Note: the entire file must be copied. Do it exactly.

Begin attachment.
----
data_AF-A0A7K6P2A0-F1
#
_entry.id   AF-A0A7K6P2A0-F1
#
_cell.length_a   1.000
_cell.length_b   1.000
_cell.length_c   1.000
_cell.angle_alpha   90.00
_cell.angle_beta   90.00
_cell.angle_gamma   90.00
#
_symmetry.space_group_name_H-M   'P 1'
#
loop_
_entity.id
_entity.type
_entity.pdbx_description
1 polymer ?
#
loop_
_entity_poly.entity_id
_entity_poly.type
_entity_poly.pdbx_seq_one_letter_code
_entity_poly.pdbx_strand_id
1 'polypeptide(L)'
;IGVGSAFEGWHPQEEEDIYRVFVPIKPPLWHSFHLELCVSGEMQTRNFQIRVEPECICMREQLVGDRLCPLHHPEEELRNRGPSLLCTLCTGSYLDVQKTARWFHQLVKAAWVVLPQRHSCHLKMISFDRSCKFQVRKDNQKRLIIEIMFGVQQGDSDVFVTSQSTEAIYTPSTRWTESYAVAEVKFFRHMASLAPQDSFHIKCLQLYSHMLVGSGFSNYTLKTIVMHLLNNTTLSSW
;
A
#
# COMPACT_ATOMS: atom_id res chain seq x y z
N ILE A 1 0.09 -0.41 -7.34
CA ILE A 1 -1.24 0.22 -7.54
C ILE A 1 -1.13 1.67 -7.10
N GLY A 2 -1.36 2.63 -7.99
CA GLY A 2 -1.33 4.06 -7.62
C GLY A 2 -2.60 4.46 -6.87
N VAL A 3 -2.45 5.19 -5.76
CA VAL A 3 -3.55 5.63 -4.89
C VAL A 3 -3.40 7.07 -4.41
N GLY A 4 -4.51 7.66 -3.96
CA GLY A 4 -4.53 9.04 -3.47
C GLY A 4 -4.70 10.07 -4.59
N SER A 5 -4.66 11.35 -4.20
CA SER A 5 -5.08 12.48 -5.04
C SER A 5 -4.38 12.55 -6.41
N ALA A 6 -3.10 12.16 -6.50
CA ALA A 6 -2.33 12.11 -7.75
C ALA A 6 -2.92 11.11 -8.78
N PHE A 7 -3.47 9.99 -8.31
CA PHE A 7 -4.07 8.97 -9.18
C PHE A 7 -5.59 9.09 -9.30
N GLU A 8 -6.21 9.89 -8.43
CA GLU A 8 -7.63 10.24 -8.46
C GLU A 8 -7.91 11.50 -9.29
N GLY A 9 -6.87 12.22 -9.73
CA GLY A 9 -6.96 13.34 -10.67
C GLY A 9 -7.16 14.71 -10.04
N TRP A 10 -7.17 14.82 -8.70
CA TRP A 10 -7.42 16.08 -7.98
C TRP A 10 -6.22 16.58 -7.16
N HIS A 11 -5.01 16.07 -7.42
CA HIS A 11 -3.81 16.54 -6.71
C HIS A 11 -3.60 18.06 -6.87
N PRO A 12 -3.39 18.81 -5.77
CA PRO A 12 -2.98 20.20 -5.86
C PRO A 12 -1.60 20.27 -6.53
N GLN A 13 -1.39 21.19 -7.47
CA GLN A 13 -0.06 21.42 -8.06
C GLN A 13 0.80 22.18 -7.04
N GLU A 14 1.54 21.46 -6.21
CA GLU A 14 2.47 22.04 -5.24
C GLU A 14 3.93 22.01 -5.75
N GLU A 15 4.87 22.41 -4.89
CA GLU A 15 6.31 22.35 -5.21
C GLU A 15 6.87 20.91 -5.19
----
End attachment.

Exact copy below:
data_AF-A0A7K6P2A0-F1
#
_entry.id   AF-A0A7K6P2A0-F1
#
_cell.length_a   1.000
_cell.length_b   1.000
_cell.length_c   1.000
_cell.angle_alpha   90.00
_cell.angle_beta   90.00
_cell.angle_gamma   90.00
#
_symmetry.space_group_name_H-M   'P 1'
#
loop_
_entity.id
_entity.type
_entity.pdbx_description
1 polymer ?
#
loop_
_entity_poly.entity_id
_entity_poly.type
_entity_poly.pdbx_seq_one_letter_code
_entity_poly.pdbx_strand_id
1 'polypeptide(L)'
;IGVGSAFEGWHPQEEEDIYRVFVPIKPPLWHSFHLELCVSGEMQTRNFQIRVEPECICMREQLVGDRLCPLHHPEEELRNRGPSLLCTLCTGSYLDVQKTARWFHQLVKAAWVVLPQRHSCHLKMISFDRSCKFQVRKDNQKRLIIEIMFGVQQGDSDVFVTSQSTEAIYTPSTRWTESYAVAEVKFFRHMASLAPQDSFHIKCLQLYSHMLVGSGFSNYTLKTIVMHLLNNTTLSSW
;
A
#
# COMPACT_ATOMS: atom_id res chain seq x y z
N ILE A 1 0.09 -0.41 -7.34
CA ILE A 1 -1.24 0.22 -7.54
C ILE A 1 -1.13 1.67 -7.10
N GLY A 2 -1.36 2.63 -7.99
CA GLY A 2 -1.33 4.06 -7.62
C GLY A 2 -2.60 4.46 -6.87
N VAL A 3 -2.45 5.19 -5.76
CA VAL A 3 -3.55 5.63 -4.89
C VAL A 3 -3.40 7.07 -4.41
N GLY A 4 -4.51 7.66 -3.96
CA GLY A 4 -4.53 9.04 -3.47
C GLY A 4 -4.70 10.07 -4.59
N SER A 5 -4.66 11.35 -4.20
CA SER A 5 -5.08 12.48 -5.04
C SER A 5 -4.38 12.55 -6.41
N ALA A 6 -3.10 12.16 -6.50
CA ALA A 6 -2.33 12.11 -7.75
C ALA A 6 -2.92 11.11 -8.78
N PHE A 7 -3.47 9.99 -8.31
CA PHE A 7 -4.07 8.97 -9.18
C PHE A 7 -5.59 9.09 -9.30
N GLU A 8 -6.21 9.89 -8.43
CA GLU A 8 -7.63 10.24 -8.46
C GLU A 8 -7.91 11.50 -9.29
N GLY A 9 -6.87 12.22 -9.73
CA GLY A 9 -6.96 13.34 -10.67
C GLY A 9 -7.16 14.71 -10.04
N TRP A 10 -7.17 14.82 -8.70
CA TRP A 10 -7.42 16.08 -7.98
C TRP A 10 -6.22 16.58 -7.16
N HIS A 11 -5.01 16.07 -7.42
CA HIS A 11 -3.81 16.54 -6.71
C HIS A 11 -3.60 18.06 -6.87
N PRO A 12 -3.39 18.81 -5.77
CA PRO A 12 -2.98 20.20 -5.86
C PRO A 12 -1.60 20.27 -6.53
N GLN A 13 -1.39 21.19 -7.47
CA GLN A 13 -0.06 21.42 -8.06
C GLN A 13 0.80 22.18 -7.04
N GLU A 14 1.54 21.46 -6.21
CA GLU A 14 2.47 22.04 -5.24
C GLU A 14 3.93 22.01 -5.75
N GLU A 15 4.87 22.41 -4.89
CA GLU A 15 6.31 22.35 -5.21
C GLU A 15 6.87 20.91 -5.19